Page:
3.
Numerical methods and theoretical models

Modeling and simulation of fluid-structure interaction problems in complex fluids environement is very challenging, especially when the objects are moving or deforming. Furthermore, it becomes more and more important to develop and integrate hybrid algorithms that combine computational fluid dynamics techniques and stochastic methods to perform large-scale simulations, together with coarse-grained modeling, to reveal the multiscale physics in novel soft matter systems.

Modeling and simulation of fluid-structure interaction problems in complex fluids environement is very challenging, especially when the objects are moving or deforming. Furthermore, it becomes more and more important to develop and integrate hybrid algorithms that combine computational fluid dynamics techniques and stochastic methods to perform large-scale simulations, together with coarse-grained modeling, to reveal the multiscale physics in novel soft matter systems.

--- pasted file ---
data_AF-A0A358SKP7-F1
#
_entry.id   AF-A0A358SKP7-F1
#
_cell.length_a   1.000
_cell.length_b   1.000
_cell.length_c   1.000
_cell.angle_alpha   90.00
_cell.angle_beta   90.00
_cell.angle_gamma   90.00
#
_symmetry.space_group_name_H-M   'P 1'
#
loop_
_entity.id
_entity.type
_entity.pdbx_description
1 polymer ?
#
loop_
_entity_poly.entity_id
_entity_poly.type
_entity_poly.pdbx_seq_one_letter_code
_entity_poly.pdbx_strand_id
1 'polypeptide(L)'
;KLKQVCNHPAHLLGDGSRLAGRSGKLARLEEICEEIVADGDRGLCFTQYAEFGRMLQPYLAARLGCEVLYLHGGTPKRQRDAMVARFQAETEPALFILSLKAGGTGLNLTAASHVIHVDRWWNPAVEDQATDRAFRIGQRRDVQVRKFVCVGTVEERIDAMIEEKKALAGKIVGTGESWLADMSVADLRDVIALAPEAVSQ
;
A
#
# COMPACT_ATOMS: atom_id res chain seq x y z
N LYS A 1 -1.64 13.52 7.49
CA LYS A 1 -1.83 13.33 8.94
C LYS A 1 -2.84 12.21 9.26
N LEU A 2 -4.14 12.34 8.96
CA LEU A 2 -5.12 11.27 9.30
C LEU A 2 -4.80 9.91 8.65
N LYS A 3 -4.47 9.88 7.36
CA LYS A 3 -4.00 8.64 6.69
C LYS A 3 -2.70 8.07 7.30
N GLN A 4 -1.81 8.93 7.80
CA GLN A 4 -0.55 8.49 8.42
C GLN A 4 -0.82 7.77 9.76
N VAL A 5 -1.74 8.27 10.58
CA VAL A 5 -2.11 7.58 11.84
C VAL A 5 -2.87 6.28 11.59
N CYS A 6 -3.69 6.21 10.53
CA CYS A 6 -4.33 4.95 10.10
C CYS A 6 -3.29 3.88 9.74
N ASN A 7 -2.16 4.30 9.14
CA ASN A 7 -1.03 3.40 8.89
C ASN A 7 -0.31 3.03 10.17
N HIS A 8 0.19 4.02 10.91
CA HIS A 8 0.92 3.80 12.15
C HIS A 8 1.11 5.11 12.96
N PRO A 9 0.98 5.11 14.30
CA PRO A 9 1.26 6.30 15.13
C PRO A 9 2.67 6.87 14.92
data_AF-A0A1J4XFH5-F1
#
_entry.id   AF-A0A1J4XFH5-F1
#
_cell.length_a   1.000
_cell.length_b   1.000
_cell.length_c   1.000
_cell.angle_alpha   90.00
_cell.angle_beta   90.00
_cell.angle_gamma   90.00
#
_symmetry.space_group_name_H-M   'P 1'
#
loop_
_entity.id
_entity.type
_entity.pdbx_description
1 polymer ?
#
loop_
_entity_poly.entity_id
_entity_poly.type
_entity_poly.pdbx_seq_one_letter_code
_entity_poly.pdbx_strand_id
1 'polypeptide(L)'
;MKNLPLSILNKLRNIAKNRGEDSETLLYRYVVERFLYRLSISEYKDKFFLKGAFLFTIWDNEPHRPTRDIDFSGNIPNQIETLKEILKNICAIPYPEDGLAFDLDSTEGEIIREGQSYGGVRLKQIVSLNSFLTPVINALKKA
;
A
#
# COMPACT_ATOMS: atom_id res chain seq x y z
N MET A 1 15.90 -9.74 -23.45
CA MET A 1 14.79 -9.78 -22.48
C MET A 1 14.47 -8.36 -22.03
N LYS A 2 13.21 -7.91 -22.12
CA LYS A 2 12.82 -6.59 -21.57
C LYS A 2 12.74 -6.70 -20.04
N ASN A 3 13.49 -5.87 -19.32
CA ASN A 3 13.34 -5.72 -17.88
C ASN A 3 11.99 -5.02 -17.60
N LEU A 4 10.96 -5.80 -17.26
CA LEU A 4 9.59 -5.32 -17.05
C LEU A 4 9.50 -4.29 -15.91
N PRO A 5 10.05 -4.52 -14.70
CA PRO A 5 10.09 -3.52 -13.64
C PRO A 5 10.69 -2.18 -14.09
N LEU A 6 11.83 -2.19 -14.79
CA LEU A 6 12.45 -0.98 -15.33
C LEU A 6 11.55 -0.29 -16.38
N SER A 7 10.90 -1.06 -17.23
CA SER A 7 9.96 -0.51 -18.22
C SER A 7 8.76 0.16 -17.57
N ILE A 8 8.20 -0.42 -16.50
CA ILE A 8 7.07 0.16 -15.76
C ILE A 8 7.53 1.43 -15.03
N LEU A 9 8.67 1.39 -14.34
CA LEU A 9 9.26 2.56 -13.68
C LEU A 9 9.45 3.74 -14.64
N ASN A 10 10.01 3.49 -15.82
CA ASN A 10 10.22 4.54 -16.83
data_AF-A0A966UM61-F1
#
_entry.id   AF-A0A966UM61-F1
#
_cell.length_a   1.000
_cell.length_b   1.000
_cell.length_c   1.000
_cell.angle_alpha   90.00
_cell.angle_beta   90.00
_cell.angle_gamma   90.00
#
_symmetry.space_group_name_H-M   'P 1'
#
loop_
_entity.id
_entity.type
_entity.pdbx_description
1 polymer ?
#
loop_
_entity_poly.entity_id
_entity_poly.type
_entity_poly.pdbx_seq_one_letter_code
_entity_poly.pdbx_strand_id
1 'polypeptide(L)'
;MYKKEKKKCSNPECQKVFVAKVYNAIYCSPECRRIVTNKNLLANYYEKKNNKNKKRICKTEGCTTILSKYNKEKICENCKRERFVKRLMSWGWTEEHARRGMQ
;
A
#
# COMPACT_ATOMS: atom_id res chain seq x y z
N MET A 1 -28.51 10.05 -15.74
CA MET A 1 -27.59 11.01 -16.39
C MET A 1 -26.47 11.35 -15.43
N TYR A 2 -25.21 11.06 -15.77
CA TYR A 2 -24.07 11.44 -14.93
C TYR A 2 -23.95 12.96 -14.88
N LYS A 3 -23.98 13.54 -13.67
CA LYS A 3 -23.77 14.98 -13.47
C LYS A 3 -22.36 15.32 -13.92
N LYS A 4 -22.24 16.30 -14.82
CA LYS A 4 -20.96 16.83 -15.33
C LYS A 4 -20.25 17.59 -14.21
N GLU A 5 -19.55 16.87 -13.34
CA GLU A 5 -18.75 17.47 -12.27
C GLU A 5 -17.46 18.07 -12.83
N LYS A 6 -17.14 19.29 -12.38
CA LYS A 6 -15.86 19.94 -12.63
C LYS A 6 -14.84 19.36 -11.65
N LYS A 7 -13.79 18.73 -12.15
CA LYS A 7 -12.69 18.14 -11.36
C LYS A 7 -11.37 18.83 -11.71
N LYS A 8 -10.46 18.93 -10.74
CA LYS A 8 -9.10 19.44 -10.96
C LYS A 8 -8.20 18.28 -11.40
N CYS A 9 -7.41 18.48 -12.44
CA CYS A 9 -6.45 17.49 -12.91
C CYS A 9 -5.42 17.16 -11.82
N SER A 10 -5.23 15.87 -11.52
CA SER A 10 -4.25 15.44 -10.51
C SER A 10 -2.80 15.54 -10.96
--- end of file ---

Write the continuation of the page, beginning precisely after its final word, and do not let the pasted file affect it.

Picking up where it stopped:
* Arbitrary Lagrangian-Eulerian
finite element We
develop a new
finite element method with moving mesh technique to
solve the dynamics of elastic particles deforming in a viscous shear
flow.
In comparison with the previous treatments, we solve the unknown
variables in both fluid and solid phase are the
velocity, pressure and stress simultaneously. In this method,
consistent time integration schemes and
discretizing methods can be employed for all physical variables,
eventually leading to a linear system which can be solved by efficient
iterative schemes with appropriate preconditioners.